Which Types Of Cheese Can I Eat While Pregnant?

Which Types Of Cheese Can I Eat While Pregnant?

Fortunately, being pregnant does not have to mean swearing off cheese completely! You can still partake in cheese and wine nights, as long as you have no wine and know which cheeses are safe!

In general, hard cheeses are safe to eat when you are pregnant. This is because they do not have a high enough moisture content to allow listeria to survive in them. Flavorful parmesan and pecorino, for example, are completely safe to eat while you’ve got a baby in your belly.

Gouda and edam are other cheeses that you can enjoy without worry. Other hard cheeses that are great to incorporate into a balanced diet when you are pregnant include cheddar, manchego, wensleydale, and gruyere.

As a rule of thumb, however, soft cheeses should be avoided when you are pregnant. Whether they are mold-ripened or blue cheeses, or whether they have a white coating, soft cheeses should usually be banned from your pregnancy diet.

This means that the following cheeses should not be consumed by pregnant women: brie, camembert, gorgonzola, roquefort, chevre, danish blue, and any unpasteurized cheese. This is because unpasteurized cheeses are not the only types that can harbor Listeria. Moist cheese that has a high water content can also be breeding grounds for the bacteria.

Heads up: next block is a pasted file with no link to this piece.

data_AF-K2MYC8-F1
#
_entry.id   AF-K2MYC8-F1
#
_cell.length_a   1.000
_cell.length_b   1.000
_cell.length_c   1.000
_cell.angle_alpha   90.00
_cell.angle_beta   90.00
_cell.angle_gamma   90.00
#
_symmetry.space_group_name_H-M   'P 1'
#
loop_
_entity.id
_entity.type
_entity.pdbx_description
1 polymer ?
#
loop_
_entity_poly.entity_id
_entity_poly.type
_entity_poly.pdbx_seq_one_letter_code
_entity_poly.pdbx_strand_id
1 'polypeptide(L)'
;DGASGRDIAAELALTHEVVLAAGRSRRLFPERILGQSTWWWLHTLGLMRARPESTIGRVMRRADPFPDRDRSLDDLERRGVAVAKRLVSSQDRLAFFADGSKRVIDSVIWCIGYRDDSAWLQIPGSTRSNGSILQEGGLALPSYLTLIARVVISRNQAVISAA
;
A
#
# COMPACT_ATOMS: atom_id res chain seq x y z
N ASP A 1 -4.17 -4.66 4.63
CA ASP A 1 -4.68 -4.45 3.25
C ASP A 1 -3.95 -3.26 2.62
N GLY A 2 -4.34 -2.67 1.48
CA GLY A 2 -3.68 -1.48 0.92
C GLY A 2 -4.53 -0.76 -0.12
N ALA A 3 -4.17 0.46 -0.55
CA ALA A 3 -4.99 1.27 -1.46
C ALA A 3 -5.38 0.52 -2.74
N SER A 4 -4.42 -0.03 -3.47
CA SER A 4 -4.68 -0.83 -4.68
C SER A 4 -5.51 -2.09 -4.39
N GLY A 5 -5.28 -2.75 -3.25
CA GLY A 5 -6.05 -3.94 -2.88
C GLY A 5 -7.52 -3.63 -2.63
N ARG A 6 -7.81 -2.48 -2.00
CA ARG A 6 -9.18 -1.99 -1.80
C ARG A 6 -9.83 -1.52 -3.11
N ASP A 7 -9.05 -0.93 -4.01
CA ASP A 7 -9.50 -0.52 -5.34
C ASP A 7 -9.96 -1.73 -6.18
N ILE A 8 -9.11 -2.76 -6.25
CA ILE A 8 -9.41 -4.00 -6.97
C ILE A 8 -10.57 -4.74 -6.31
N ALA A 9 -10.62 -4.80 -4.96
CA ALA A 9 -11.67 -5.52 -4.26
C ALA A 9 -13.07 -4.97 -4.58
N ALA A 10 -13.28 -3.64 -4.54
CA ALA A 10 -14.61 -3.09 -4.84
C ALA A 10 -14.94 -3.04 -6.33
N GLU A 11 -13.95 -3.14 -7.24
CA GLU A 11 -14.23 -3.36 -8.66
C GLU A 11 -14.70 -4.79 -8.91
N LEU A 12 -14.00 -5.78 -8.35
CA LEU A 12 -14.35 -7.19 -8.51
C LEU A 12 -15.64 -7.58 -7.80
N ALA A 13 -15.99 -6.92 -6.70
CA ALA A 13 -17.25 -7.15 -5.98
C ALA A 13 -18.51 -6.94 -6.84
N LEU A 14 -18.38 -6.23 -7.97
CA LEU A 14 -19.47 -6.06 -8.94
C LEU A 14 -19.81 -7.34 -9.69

Because of this, you should try to stick to hard cheeses throughout your pregnancy.

Final Thoughts

Cheese is full of beneficial nutrients that you would have thought are great for you and your growing baby. Cheese is bursting with protein and calcium, both of which you need during your pregnancy.

However, not all cheeses are actually safe for you or your growing baby. Most hard cheeses are safe, while soft cheeses should be avoided. Any unpasteurized cheese is also a no-go.

So, can you eat feta cheese when you are pregnant? The answer is yes, as long as you know it is made from pasteurized milk. If it is not, or you are not sure, you should not eat feta during your pregnancy.

It is really easy to check whether feta has been pasteurized; it is almost always stated on the label, and if it is not, you know to avoid it!

As long as you are careful, you can carry on eating feta-filled Greek salads to your heart’s content!